The next few years saw a variety of troubled international projects. Two of them starred Jeanne Moreau: Mademoiselle (UK/France, 1966), filmed simultaneously in French and English from an original screenplay by Jean Genêt, and The Sailor from Gibraltar (1967), adapted from a Marguerite Duras novel. Red and Blue (1967), a musical featurette, was originally intended to form a portmanteau film with Lindsay Anderson's The White Bus and Peter Brook's Ride of the Valkyrie. Laughter in the Dark(UK/France, 1969) was an adaptation of Vladimir Nabokov's novel, and Ned Kelly (1970) an Australian Western starring a miscast Mick Jagger. Richardson's career was severely damaged by the films' hostile reception. But Mademoiselle at least is a curiosity worth discovering: an unabashedly overripe art movie, replete with fevered erotic imagery and a soundtrack of amplified natural sounds suggesting its anti-heroine's repressed and perverted sexual drives.

In the middle of this uneven period came Richardson's most lavish and ambitious project, a revisionist account of The Charge of the Light Brigade (1968). Charles Wood's script, which uses a stylised form of period dialogue, offers a waspish satire of the Victorian military Establishment. Richard Williams' witty animated interludes provide their own parallel entertainment, but flaws creep in through the reliance on buffoonish caricatures, and the intrusive romantic subplot involving Vanessa Redgrave, then Richardson's wife.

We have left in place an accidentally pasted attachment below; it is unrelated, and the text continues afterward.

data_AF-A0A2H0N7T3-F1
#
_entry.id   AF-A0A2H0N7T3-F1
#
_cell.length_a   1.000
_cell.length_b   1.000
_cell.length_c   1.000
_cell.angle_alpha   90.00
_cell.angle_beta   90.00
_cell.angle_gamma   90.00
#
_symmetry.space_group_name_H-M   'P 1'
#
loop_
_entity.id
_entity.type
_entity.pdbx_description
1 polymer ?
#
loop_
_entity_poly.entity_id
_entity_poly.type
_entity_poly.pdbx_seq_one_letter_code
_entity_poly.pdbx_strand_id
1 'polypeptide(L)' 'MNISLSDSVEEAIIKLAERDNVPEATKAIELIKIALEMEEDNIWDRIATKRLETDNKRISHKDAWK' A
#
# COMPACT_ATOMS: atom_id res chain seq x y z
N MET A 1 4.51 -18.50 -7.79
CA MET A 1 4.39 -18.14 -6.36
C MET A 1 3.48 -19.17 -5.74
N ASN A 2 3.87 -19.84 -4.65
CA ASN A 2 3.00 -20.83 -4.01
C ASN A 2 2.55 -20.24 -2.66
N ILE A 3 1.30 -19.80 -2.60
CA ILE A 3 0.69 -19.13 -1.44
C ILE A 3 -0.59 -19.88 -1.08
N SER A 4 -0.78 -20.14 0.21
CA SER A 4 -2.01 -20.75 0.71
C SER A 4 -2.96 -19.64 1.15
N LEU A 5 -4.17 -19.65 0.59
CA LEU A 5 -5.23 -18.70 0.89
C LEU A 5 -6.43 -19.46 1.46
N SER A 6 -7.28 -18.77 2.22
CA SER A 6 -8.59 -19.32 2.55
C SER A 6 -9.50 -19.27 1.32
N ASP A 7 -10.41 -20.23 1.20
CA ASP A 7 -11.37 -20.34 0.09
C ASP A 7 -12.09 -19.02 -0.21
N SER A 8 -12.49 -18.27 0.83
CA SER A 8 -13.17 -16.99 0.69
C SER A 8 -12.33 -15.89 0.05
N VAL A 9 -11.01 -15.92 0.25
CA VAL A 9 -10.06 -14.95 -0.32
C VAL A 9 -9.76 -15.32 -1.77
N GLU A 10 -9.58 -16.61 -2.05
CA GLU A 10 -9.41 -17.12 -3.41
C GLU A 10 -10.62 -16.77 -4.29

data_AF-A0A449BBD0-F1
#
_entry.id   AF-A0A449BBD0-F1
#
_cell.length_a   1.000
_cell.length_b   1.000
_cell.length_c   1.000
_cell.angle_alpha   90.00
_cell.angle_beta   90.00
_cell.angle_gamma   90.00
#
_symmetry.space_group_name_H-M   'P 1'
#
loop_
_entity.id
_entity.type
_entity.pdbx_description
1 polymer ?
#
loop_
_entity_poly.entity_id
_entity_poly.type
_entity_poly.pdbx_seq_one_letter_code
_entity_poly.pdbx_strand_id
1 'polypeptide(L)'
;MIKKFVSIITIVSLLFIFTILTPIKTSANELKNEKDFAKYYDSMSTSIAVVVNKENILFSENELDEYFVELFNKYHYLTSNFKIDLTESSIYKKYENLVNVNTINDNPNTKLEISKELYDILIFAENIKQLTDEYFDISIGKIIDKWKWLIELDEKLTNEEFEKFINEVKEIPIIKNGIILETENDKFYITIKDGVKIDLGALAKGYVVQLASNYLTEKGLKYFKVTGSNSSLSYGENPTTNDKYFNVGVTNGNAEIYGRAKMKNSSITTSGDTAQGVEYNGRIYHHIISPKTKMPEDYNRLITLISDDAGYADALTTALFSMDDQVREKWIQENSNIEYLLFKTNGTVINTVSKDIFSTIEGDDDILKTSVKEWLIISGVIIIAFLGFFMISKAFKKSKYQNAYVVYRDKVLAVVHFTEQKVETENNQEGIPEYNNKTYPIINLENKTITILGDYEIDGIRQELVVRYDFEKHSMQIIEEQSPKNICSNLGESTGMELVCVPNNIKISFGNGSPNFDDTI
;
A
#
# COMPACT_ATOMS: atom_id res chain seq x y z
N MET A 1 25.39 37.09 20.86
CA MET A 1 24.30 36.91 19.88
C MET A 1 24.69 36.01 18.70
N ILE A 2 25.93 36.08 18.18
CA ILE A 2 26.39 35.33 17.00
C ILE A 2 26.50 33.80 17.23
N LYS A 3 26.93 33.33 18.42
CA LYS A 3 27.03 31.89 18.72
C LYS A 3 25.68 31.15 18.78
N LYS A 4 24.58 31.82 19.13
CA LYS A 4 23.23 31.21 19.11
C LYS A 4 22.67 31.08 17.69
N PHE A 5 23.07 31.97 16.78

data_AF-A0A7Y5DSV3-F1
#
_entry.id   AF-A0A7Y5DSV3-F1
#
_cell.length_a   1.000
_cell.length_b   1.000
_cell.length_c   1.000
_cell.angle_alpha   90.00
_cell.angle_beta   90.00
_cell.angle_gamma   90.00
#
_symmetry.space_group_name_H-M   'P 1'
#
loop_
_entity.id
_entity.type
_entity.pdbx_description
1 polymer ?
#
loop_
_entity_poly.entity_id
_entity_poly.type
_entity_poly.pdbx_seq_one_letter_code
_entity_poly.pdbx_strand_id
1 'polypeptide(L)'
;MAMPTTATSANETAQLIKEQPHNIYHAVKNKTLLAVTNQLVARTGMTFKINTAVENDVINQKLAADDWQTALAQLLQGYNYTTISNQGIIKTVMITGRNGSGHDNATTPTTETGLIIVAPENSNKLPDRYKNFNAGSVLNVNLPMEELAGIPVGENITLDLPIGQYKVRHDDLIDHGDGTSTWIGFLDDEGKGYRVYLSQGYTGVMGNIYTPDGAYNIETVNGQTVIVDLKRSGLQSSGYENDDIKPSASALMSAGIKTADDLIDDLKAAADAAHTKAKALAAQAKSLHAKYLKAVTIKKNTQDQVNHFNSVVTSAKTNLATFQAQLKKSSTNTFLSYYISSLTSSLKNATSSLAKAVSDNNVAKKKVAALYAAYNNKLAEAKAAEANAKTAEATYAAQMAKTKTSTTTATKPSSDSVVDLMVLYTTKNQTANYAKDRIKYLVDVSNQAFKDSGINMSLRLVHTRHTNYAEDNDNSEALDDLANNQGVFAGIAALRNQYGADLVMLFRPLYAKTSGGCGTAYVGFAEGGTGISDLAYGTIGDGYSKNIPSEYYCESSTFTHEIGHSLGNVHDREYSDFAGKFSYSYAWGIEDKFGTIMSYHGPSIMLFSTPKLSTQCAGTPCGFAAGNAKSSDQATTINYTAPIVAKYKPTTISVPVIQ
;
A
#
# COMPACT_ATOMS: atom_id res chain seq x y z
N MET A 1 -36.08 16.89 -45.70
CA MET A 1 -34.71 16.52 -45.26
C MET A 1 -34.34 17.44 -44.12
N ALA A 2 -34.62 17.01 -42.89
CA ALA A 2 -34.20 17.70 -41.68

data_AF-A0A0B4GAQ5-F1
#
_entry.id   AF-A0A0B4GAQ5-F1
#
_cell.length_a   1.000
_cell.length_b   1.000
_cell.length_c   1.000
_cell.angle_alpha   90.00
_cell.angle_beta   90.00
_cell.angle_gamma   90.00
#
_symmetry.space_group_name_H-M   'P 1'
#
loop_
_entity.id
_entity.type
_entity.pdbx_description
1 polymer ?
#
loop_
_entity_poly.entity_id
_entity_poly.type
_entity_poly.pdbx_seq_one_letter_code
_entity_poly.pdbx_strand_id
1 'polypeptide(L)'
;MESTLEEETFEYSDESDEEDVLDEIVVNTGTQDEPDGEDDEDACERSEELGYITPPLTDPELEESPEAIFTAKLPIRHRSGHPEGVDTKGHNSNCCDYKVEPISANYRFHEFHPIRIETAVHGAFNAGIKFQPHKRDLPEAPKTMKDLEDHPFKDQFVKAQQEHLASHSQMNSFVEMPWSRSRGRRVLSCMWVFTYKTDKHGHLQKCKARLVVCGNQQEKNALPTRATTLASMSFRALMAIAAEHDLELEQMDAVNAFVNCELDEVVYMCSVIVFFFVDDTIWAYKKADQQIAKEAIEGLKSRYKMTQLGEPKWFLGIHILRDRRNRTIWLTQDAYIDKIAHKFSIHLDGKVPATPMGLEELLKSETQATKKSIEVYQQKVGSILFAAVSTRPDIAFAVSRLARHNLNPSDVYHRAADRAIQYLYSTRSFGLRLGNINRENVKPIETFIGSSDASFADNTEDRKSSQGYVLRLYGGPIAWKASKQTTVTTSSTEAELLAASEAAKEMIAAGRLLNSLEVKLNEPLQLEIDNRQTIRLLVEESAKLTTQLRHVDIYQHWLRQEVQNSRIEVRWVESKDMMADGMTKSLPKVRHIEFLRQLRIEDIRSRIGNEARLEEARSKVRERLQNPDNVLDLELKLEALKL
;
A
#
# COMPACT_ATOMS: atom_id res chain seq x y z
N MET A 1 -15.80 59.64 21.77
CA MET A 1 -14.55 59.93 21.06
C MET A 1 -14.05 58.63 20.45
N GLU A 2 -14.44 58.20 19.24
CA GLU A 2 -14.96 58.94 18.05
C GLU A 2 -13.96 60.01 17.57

Richardson continued to alternate stage and film work, and in 1969 he adapted his production of Hamlet, starring Nicol Williamson, Anthony Hopkins and Marianne Faithfull, for the screen. Filmed largely in tight close-up on the bare sets at London's Roundhouse theatre, it shows Richardson at his most disciplined. By contrast, A Delicate Balance (US/UK, 1973) is a flat transcription of Edward Albee's stage play, despite its dazzling cast.

Richardson's last two British films were a flaccid Dick Francis thriller, Dead Cert (1974), and a second Fielding adaptation, Joseph Andrews (1977), which at times is barely distinguishable from a softcore period sex romp. Wisely, he decamped to America. Although he was driven to resign from Berry Gordy's Diana Ross vehicle Mahogany (1975), he made three more theatrical features - The Border (1982), The Hotel New Hampshire (1984), and Blue Sky (1991, released 1994) - which despite their faults show a return to the restless creativity of his early years. Richardson died from AIDS-related causes in Los Angeles on 14 November 1991. The manuscript of his entertaining and illuminating, if unreliable, autobiography was discovered by his actress daughters, Natasha and Joely, on the day of his death, and published posthumously.

Durgnat, Raymond, 'Loved One', Films and Filming, Feb. 1966, pp. 19-23, March 1966, pp. 37-40
Lellis, George, 'Recent Richardson: Cashing the Blank Cheque', Sight and Sound, Summer 1969, pp. 130-133
Richardson, Tony, Long Distance Runner: A Memoir (London: Faber and Faber, 1993)
Welsh, James M., and Tibbetts, John C. (eds), The Cinema of Tony Richardson: Essays and Interviews (New York: State University of New York Press, 1999)

Sheldon Hall, Reference Guide to British and Irish Film Directors

More information


From the BFI's filmographic database

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Selected credits